An attorney needs to understand the economic terms of the deal in order to properly draft an operating agreement. Without knowing the economics, an attorney will not know how to draft the allocation and distribution (including liquidating distribution) provisions of an operating agreement. For example, if one member is contributing cash and the other member is contributing services, is cash flow distributed 50-50 or is it first distributed to the financier until he or she receives the return of his or her capital contribution? In other words, does the financier receive a return of his or her money before the service member receives any cash distributions?
Upon liquidation of the LLC, are liquidating distributions to be made based on capital account balances, ownership percentages or some other method of distribution? There are real economic differences. An example would involve two members, each owning 50 percent of an LLC. The financier contributes $50,000 and the service member contributes $10,000 and a promise to provide services. Assume the LLC sustains a $20,000 loss in its first year of business and the members decide to liquidate the LLC at the end of the year. If liquidating distributions are based on capital accounts, the financier would receive $40,000 ($50,000 capital contribution less $10,000 loss) and the service member would receive nothing ($10,000 contribution less $10,000 loss). If liquidating distributions are based on ownership percentages, the financier and service member would each receive $20,000 ($60,000 total contributions less $20,000 loss, times 50 percent), which hardly seems fair to the financier. Without knowing the economics, and without explaining the different consequences to clients, an attorney may draft an operating agreement that has unintended results.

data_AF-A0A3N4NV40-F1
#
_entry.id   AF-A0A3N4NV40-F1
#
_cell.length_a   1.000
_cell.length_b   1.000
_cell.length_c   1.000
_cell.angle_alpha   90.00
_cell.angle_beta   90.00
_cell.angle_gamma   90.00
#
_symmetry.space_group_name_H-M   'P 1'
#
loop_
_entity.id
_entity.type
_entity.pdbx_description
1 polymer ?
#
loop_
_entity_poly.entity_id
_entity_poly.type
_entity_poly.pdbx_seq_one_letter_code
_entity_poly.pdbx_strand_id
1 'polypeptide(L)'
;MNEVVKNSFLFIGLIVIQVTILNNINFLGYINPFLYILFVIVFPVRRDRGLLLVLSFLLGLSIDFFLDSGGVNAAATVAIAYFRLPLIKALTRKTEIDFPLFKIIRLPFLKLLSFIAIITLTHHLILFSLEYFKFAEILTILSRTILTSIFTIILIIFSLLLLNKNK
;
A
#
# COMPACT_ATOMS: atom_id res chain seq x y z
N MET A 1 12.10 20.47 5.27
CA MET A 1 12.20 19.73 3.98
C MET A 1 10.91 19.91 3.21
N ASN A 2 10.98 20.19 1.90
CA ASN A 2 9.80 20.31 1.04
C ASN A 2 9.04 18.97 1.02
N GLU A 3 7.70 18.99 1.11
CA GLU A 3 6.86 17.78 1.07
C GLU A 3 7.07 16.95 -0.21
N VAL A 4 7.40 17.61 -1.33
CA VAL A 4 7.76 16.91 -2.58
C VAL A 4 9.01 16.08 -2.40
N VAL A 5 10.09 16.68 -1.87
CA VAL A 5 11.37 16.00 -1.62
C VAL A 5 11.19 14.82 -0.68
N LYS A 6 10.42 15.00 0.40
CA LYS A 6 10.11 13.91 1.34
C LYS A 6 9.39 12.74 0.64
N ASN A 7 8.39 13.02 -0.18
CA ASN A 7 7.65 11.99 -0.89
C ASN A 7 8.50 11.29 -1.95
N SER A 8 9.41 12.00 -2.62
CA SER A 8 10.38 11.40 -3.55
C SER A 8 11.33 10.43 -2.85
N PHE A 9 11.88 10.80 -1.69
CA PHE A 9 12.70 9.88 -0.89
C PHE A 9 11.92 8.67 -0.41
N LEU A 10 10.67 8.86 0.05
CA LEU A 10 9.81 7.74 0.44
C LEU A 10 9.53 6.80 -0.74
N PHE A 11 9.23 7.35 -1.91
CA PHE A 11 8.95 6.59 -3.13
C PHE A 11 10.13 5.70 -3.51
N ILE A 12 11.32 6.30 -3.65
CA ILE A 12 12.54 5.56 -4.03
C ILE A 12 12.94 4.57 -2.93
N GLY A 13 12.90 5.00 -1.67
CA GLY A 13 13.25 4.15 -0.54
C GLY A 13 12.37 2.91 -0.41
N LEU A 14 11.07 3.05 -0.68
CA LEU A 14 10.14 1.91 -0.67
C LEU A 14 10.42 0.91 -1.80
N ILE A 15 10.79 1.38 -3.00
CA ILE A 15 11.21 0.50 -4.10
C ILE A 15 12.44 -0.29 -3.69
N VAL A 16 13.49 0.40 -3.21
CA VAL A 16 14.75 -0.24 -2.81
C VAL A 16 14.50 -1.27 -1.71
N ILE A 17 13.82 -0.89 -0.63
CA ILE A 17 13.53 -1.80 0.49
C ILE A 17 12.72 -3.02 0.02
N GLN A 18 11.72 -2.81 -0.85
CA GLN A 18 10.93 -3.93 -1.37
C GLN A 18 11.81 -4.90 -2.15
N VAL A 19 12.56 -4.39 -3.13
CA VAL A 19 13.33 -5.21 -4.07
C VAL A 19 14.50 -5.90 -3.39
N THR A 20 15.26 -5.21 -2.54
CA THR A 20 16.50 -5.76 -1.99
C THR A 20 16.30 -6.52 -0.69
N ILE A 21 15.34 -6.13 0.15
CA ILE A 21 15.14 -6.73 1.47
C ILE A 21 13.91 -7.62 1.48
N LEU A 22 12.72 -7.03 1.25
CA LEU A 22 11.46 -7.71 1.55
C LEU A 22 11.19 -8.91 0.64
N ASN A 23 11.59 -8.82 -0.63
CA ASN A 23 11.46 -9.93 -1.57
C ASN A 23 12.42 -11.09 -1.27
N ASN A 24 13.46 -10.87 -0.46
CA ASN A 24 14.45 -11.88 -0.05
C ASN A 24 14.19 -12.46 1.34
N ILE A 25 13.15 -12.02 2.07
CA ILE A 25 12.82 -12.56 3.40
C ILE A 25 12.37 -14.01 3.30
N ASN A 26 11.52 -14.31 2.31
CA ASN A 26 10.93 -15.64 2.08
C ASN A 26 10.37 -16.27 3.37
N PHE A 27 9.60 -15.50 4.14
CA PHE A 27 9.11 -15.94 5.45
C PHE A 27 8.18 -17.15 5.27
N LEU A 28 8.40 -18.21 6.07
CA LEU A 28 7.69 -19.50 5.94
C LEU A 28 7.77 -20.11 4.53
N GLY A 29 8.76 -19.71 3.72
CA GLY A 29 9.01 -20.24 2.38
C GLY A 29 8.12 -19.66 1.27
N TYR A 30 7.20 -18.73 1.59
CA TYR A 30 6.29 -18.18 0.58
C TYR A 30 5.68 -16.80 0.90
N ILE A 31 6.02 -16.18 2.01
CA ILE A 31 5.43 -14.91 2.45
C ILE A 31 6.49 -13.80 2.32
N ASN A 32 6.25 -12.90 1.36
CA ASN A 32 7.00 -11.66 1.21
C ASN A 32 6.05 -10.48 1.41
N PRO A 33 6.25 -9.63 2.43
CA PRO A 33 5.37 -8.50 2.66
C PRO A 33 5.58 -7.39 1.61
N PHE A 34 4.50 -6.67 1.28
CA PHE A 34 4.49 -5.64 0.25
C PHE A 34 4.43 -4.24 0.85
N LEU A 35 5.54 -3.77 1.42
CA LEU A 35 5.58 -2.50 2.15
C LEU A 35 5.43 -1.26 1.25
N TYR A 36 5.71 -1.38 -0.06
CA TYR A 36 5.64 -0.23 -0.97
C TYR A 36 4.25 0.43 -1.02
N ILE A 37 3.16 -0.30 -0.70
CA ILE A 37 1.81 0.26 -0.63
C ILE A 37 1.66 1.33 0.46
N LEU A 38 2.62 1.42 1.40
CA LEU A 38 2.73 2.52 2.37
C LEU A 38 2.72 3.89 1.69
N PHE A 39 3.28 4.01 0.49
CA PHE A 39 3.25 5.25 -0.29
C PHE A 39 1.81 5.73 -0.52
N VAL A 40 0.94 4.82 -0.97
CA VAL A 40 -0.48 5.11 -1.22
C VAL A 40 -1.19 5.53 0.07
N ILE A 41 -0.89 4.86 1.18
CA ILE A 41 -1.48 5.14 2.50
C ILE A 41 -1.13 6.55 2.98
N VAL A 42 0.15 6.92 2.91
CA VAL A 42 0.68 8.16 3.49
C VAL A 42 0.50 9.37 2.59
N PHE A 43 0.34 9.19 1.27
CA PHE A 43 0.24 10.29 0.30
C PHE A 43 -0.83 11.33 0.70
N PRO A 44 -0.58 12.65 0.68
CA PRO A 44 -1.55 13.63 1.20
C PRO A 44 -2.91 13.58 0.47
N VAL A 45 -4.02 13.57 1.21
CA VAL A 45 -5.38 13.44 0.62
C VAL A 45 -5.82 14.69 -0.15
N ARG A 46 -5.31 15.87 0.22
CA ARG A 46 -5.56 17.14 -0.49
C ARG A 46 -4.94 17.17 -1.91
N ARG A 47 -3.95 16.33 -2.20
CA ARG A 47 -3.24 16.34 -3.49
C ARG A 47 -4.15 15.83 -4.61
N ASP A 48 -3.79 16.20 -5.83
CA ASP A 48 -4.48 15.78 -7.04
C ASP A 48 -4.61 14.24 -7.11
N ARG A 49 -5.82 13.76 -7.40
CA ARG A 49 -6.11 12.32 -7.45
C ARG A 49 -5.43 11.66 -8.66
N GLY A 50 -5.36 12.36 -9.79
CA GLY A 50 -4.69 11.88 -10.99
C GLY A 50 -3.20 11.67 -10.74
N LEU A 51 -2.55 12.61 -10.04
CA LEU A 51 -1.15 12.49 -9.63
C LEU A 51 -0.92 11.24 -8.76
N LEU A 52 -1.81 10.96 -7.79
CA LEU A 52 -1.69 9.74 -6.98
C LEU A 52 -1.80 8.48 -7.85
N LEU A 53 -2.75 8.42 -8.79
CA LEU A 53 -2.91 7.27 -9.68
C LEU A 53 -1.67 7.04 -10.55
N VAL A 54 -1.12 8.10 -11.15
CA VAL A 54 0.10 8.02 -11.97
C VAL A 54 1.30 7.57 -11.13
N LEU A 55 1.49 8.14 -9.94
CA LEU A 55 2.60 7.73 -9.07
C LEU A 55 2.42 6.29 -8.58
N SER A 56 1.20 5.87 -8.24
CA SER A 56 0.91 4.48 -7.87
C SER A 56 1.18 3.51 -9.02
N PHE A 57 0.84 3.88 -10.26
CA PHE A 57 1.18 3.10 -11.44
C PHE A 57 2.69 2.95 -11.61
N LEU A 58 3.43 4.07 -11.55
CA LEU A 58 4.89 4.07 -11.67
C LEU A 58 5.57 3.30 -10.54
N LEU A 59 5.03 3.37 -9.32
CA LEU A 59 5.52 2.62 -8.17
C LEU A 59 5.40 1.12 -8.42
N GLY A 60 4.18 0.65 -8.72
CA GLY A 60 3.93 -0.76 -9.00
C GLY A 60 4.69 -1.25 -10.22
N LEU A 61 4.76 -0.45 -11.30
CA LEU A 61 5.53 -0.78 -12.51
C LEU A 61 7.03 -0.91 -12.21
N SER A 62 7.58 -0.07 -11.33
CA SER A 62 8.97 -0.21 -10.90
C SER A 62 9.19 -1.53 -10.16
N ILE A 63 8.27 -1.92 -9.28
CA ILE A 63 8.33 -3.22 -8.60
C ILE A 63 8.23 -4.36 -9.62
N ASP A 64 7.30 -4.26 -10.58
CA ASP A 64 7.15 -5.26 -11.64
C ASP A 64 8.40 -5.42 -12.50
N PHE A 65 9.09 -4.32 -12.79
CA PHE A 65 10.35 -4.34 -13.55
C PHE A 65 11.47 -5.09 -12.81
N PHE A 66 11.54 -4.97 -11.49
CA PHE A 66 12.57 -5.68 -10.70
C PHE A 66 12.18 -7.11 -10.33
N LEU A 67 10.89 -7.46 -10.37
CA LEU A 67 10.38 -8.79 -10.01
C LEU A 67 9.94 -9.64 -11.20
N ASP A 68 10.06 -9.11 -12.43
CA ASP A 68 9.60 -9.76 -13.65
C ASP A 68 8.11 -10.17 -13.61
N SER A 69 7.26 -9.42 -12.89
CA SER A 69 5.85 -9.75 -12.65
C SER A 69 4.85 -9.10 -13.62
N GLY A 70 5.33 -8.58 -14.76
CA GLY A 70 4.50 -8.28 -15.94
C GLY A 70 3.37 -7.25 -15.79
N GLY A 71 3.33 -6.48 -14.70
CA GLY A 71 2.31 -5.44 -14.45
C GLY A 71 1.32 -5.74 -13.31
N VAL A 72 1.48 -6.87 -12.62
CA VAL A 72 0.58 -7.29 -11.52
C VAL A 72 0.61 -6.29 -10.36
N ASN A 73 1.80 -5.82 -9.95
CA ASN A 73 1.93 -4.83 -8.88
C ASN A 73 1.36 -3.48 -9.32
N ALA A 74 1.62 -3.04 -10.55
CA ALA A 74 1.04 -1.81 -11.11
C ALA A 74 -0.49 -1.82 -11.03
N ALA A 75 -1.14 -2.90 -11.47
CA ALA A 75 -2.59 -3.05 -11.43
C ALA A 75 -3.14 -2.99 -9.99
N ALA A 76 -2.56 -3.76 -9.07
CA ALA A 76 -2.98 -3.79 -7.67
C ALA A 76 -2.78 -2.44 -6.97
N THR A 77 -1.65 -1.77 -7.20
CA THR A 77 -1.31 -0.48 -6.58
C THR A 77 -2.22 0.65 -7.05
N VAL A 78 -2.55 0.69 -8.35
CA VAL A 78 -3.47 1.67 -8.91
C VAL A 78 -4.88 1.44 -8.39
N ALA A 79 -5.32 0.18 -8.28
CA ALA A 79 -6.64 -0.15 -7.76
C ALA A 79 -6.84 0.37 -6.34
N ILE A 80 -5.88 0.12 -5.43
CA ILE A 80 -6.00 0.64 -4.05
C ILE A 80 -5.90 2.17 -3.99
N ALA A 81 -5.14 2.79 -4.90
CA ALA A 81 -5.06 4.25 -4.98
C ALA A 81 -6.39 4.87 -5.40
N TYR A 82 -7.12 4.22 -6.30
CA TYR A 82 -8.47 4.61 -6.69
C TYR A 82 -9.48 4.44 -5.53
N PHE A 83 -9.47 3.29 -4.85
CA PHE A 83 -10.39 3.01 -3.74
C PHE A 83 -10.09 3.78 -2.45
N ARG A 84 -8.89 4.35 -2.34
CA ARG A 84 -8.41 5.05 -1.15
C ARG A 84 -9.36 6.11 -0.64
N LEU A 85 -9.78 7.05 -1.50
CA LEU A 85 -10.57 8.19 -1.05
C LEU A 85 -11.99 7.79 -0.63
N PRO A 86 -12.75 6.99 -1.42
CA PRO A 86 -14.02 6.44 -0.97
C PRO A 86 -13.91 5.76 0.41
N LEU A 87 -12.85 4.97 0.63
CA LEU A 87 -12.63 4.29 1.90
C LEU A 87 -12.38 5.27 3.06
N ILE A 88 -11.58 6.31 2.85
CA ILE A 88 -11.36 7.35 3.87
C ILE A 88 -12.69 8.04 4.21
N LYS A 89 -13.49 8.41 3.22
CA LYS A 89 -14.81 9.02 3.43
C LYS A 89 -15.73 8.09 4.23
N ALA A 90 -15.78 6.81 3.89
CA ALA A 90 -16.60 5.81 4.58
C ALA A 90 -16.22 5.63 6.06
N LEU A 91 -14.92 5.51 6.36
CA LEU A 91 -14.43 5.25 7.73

Use Checklists and Forms
An attorney should use a checklist when forming an LLC, especially when drafting an operating agreement. It is probably impossible to address every issue in an agreement, but using a checklist will minimize the possibility of forgetting to address an important issue. There are numerous checklists available, both in print and online, including a comprehensive checklist published by the American Bar Association.32
For the same reason, an attorney should also use form operating agreements to begin the drafting process. However, an attorney should not be a slave to the form. In other words, a form is a good starting place, but an attorney needs to revise and customize the form agreement to ensure it meets the needs of the specific LLC. There are several sources of good forms of operating agreements.33
Explain Operating Agreement to Clients
Once an attorney drafts an operating agreement, he or she should meet with the clients to summarize and explain its important provisions. Although an unpublished decision, attorneys should read Cottone v. Fox Rothschild,34 which holds that an attorney must explain the provisions of an agreement to a client, even if he or she is a sophisticated business client. It modifies and extends the principles established by the New Jersey Supreme Court in Conklin v. Hannoch Weisman35 about explaining the risks of transactions to clients in terms they can understand based on their needs and sophistication.
If a meeting or telephone conference cannot be arranged because of a client's schedule, reluctance to meet, or other reasons, an attorney should send a letter to the client summarizing and explaining the important provisions in the agreement and offering to answer any questions. It is a best practice to do so even after meeting with a client.
Confirm it in Writing
Finally, attorneys provide legal advice, but clients make decisions. An attorney may recommend a proposed course of action, but clients make decisions on whether to spend the money on such recommendations. In such an event, it is a best practice for an attorney to confirm his or her advice and the client's decisions in writing, which may minimize or even prevent future misunderstandings.
An attorney needs to be aware of and understand the issues outlined in this article and should discuss them with clients when forming an LLC. By doing so, an attorney will likely minimize or even avoid a claim of legal malpractice.
1. A hat tip to John M. Cunningham, a member of the New Hampshire and Massachusetts bars and the principal author of Drafting Limited Liability Company Operating Agreements (Wolters Kluwer 2015), who has lectured and written on many of the issues addressed in this article.
2. These topics are addressed elsewhere. See, e.g., New Jersey Model Civil Jury Charge 5.51A (available at judiciary.state.nj.us/civil/charges/5.51A.pdf); Conklin v. Hannoch Weisman, 145 N.J. 395, 416 (1996) (stating requisite elements of a cause of action for legal malpractice).